On the island of Sri Lanka, elephants are deprived of their natural environment and they have no choice but to move closer to the cities to find food. Some of them have taken to the garbage dumps, risking poisoning themselves.

Following this herd of elephants, they ended up in the middle of garbage. In fact, this herd of elephants and calves is in a full meal while a little further, one of them seems to be in agony. 
 
On this Sri Lankan dump, two pachyderms have died in recent days. According to the autopsies, there was no doubt about the origin of their death. “Plastic bags, food packaging and other non-digestible materials were present in their stomachs and throughout their digestive systems,” warns Nihal Pushpakumara, a veterinarian and wildlife specialist.

The tragedy is that this type of accident has been multiplying in recent years. On this island lives the second largest population of elephants in Asia. But their natural habitat is shrinking and cohabitation with humans is becoming increasingly difficult. 
 
“The elephants come to the dump to eat. If they do not find food, they come to our villages and destroy our plantations,” laments Kamarudeen Mohamed Rameez, resident of Ashraff Nagar (Sri Lanka).

Before the beginning of the pandemic, at the end of 2019, there were 100 Srilankans killed by pachyderms and 200 elephants slaughtered by man, although it is a sacred animal in this country. “The main problem today is that these elephants do not have enough places to live. Their habitats are fragmented. The forest is being razed, cut up. 
 
The forest blocks in which they live are too small now to support large populations. So they come into conflict with human activities,” explains Arnaud Gauffier, director of programs “WWF France”. In Sri Lanka, in one century, the elephant population has decreased by half. To protect them, the dumps are supposed to be surrounded by electric fences. But this measure is little respected.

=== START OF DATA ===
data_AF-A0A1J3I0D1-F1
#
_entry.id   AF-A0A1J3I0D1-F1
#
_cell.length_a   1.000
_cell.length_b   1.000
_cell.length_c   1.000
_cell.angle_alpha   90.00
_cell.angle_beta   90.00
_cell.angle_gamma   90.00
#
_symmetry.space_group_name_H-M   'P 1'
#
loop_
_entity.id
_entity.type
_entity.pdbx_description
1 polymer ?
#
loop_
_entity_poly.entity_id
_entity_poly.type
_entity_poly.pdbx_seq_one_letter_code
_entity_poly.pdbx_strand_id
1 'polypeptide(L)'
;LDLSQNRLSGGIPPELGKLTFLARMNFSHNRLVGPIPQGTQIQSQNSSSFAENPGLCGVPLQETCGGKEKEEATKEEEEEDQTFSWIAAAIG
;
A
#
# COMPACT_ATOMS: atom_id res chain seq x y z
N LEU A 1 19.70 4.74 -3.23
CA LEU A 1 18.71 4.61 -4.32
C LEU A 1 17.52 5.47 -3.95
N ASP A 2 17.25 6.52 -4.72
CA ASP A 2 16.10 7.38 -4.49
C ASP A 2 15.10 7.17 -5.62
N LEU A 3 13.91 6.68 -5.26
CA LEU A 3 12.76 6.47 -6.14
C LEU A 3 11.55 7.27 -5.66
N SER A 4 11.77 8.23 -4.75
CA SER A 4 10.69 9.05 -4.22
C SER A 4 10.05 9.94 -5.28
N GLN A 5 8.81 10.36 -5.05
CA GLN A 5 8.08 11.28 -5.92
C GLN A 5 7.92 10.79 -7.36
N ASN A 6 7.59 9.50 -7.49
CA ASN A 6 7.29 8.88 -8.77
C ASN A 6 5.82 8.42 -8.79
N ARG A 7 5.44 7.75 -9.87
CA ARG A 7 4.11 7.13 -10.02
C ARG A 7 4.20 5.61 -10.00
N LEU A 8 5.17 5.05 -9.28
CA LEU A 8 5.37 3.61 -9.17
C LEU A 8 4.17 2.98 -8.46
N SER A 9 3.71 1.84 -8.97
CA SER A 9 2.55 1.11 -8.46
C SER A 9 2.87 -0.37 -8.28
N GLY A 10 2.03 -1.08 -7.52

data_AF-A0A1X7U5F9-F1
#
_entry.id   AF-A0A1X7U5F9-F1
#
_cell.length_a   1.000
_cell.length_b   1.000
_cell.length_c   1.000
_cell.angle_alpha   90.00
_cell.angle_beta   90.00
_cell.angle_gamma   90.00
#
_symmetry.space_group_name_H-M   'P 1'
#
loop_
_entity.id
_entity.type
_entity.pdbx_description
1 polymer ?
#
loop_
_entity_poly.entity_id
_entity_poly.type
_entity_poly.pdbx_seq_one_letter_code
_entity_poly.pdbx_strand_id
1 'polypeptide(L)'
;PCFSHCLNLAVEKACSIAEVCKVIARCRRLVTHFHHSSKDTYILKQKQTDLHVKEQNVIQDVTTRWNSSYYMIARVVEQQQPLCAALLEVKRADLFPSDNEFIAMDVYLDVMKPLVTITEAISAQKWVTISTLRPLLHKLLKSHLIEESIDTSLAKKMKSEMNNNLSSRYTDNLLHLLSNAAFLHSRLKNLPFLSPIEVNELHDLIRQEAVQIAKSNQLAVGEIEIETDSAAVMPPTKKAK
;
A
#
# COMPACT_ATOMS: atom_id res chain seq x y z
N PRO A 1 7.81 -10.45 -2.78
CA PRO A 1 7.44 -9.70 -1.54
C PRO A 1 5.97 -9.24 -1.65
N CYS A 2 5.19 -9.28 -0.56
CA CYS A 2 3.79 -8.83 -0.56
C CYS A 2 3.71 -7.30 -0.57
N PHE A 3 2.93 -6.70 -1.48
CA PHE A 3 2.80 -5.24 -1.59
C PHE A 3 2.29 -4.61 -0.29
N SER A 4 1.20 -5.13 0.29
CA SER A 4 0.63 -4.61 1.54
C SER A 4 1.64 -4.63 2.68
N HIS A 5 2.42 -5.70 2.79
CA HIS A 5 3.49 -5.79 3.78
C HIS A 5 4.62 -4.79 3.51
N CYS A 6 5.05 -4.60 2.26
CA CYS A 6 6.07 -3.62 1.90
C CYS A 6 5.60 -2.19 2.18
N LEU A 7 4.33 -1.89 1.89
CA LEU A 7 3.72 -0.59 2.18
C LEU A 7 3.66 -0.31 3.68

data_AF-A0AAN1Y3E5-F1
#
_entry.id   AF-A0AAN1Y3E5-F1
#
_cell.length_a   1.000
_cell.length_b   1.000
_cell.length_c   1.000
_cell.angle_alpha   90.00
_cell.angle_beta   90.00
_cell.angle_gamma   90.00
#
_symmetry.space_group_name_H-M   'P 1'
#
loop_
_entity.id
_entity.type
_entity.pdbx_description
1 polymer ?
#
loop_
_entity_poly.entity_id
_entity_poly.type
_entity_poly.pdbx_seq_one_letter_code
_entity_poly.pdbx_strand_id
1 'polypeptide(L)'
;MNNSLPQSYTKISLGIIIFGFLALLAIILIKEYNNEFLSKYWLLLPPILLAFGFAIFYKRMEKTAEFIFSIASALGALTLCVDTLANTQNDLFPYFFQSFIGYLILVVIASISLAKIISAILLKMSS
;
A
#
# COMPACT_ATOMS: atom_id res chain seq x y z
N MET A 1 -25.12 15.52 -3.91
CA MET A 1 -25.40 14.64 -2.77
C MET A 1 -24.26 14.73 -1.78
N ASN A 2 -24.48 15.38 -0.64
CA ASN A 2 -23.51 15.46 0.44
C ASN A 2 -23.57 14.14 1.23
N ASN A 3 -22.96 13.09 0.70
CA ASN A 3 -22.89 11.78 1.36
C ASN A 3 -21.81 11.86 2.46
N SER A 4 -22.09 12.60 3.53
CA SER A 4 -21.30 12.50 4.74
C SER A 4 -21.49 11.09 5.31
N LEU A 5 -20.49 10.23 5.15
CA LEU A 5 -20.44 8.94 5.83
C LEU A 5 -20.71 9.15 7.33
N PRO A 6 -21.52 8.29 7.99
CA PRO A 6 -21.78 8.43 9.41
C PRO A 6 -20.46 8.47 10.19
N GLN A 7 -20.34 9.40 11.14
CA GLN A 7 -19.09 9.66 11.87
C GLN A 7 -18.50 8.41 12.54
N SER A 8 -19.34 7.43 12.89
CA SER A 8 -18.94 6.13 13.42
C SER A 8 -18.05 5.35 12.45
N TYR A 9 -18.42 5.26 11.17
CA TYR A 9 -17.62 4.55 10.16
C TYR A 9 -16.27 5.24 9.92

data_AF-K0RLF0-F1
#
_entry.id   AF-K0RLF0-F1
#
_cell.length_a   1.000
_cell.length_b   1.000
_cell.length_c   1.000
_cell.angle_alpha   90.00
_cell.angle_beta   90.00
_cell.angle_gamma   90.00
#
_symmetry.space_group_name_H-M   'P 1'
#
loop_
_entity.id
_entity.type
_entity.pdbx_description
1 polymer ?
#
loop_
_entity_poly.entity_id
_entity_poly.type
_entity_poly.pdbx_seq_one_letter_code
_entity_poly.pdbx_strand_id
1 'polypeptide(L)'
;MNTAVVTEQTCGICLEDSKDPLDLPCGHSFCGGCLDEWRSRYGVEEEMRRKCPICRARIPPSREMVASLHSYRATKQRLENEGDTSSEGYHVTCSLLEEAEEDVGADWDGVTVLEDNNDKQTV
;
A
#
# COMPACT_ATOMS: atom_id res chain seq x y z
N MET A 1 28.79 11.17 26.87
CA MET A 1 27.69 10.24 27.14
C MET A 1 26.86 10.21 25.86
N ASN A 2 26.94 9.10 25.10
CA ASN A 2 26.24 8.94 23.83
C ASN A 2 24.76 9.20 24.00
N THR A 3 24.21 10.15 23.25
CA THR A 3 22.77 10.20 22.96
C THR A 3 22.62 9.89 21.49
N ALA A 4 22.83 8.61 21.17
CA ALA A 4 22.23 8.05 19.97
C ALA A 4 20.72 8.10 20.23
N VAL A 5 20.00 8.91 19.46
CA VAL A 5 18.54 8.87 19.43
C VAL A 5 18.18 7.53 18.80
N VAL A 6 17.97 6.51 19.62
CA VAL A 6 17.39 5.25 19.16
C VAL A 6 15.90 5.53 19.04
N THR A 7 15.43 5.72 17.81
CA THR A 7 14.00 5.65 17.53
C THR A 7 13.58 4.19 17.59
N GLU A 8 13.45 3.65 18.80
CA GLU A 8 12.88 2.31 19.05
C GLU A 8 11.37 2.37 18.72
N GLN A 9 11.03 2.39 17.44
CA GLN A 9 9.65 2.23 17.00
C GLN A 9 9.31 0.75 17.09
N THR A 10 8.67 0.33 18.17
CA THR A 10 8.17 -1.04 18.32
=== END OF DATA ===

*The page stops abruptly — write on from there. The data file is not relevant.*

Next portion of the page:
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The drama of the Asian elephants in Sri Lanka

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The drama of the Asian elephants in Sri Lanka

 

On the island of Sri Lanka, elephants are deprived of their natural environment and they have no choice but to move closer to the cities to find food. Some of them have taken to the garbage dumps, risking poisoning themselves.

Following this herd of elephants, they ended up in the middle of garbage. In fact, this herd of elephants and calves is in a full meal while a little further, one of them seems to be in agony.  On this Sri Lankan dump, two pachyderms have died in recent days. According to the autopsies, there was no doubt about the origin of their death. "Plastic bags, food packaging and other non-digestible materials were present in their stomachs and throughout their digestive systems," warns Nihal Pushpakumara, a veterinarian and wildlife specialist.

The tragedy is that this type of accident has been multiplying in recent years. On this island lives the second largest population of elephants in Asia. But their natural habitat is shrinking and cohabitation with humans is becoming increasingly difficult.  "The elephants come to the dump to eat. If they do not find food, they come to our villages and destroy our plantations," laments Kamarudeen Mohamed Rameez, resident of Ashraff Nagar (Sri Lanka).

Before the beginning of the pandemic, at the end of 2019, there were 100 Srilankans killed by pachyderms and 200 elephants slaughtered by man, although it is a sacred animal in this country. "The main problem today is that these elephants do not have enough places to live. Their habitats are fragmented. The forest is being razed, cut up.  The forest blocks in which they live are too small now to support large populations. So they come into conflict with human activities," explains Arnaud Gauffier, director of programs "WWF France". In Sri Lanka, in one century, the elephant population has decreased by half. To protect them, the dumps are supposed to be surrounded by electric fences. But this measure is little respected. 
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